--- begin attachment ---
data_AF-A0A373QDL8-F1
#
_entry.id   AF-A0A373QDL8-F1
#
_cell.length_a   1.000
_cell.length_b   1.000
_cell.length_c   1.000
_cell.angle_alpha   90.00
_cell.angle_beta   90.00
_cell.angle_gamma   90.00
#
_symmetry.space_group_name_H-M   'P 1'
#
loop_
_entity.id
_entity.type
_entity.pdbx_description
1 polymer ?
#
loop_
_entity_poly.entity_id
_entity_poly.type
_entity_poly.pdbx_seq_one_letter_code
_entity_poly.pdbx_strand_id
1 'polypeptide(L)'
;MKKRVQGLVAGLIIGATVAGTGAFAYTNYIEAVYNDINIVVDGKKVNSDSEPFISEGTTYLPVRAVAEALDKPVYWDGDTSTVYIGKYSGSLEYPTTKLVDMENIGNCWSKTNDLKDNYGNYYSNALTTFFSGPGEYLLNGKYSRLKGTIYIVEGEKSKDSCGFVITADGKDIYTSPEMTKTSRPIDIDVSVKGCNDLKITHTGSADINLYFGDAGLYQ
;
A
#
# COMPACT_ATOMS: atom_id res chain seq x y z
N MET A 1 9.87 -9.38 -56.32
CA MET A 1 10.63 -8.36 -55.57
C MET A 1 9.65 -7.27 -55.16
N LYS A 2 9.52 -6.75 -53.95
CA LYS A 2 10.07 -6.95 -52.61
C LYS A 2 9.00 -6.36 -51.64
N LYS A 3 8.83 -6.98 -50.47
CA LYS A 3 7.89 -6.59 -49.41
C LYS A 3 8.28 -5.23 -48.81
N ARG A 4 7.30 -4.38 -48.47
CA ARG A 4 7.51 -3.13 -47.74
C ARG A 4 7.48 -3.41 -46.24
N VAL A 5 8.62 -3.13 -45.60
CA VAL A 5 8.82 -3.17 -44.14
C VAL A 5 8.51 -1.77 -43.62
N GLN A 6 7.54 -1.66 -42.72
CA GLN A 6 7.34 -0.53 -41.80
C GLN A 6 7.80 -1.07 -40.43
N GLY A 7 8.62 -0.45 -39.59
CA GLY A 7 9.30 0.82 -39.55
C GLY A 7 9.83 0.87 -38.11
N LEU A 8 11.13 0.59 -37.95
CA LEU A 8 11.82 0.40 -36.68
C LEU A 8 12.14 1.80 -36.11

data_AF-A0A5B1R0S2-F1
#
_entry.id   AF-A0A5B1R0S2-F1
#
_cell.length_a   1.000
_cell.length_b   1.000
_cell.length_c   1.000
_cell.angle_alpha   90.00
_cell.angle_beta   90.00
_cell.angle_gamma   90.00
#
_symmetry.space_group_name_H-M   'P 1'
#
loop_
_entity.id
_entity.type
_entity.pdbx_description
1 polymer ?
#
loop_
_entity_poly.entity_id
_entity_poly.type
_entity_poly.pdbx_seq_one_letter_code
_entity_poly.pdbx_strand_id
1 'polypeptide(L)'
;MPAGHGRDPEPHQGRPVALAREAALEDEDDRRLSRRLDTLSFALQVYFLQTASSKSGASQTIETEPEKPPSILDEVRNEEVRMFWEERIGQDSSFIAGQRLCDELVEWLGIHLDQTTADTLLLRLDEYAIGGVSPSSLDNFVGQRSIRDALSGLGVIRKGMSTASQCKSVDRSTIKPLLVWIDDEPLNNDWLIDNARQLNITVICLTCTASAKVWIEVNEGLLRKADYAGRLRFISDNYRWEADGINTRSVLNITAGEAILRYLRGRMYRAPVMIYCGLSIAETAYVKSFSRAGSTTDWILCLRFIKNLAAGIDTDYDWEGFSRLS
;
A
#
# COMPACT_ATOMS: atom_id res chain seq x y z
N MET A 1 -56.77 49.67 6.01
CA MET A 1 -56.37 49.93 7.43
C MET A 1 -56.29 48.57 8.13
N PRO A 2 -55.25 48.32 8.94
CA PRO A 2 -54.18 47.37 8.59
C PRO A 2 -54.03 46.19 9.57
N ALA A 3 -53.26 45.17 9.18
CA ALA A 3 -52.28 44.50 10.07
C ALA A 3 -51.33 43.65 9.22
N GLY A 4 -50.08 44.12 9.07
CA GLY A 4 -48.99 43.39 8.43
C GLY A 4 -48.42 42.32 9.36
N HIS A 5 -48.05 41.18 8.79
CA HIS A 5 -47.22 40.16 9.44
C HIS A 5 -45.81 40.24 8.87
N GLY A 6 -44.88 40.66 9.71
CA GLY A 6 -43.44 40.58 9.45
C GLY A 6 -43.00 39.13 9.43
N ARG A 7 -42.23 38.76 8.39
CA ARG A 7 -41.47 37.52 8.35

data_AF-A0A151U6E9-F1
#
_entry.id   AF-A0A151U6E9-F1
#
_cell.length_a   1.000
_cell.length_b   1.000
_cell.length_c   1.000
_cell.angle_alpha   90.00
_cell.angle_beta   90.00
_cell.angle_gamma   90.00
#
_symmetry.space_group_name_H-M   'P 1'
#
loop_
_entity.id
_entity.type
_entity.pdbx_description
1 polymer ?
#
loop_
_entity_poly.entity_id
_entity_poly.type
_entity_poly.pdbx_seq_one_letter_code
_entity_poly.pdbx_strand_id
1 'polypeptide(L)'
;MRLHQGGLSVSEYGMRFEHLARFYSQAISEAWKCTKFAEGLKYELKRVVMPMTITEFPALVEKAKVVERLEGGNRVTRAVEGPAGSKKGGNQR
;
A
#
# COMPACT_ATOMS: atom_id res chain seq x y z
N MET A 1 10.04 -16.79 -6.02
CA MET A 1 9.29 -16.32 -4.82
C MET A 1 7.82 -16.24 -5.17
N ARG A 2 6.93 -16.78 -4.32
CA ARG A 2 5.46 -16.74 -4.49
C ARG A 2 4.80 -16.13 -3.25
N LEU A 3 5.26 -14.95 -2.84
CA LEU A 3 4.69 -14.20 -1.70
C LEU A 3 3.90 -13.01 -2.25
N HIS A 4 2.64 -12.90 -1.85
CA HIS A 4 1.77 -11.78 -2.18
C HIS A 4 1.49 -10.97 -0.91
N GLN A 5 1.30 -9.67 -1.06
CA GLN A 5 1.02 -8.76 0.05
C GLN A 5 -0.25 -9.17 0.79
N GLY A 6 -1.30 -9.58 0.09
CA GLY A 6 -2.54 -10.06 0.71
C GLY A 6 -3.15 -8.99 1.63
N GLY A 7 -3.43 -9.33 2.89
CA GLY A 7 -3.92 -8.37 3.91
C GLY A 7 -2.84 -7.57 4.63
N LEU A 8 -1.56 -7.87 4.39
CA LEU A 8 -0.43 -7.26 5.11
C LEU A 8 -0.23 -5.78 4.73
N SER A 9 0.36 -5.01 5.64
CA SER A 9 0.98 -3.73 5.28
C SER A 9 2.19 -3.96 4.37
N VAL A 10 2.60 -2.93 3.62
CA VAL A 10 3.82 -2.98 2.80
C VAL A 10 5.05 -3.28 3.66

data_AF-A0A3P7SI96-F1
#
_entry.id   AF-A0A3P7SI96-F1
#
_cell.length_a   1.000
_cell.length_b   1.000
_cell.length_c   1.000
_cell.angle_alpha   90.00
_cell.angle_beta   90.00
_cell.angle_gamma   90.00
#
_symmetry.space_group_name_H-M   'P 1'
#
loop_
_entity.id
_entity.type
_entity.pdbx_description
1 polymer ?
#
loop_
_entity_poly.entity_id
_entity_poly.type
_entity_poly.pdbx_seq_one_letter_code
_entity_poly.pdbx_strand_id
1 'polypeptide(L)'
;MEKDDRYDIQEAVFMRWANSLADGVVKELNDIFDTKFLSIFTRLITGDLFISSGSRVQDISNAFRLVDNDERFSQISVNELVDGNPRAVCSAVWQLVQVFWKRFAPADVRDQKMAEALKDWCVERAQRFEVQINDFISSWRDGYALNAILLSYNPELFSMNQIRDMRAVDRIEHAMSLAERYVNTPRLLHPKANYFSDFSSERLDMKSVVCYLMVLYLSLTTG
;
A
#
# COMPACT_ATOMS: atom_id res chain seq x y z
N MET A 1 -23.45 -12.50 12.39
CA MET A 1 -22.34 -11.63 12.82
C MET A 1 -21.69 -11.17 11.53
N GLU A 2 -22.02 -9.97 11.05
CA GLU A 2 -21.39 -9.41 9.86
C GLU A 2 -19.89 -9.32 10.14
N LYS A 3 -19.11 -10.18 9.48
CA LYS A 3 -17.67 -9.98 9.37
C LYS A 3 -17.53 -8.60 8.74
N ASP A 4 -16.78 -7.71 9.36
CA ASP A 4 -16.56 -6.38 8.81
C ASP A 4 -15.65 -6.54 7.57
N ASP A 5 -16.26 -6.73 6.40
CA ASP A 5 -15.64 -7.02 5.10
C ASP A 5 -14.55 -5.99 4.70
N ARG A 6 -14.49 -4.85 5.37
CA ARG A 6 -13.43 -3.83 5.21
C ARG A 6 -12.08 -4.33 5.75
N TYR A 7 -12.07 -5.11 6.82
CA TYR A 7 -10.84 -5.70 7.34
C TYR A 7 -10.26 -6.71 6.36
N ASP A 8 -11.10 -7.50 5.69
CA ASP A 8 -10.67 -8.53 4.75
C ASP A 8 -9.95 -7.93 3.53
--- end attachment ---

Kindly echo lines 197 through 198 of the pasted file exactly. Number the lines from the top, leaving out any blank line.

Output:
C MET A 1 -21.69 -11.17 11.53
N GLU A 2 -22.02 -9.97 11.05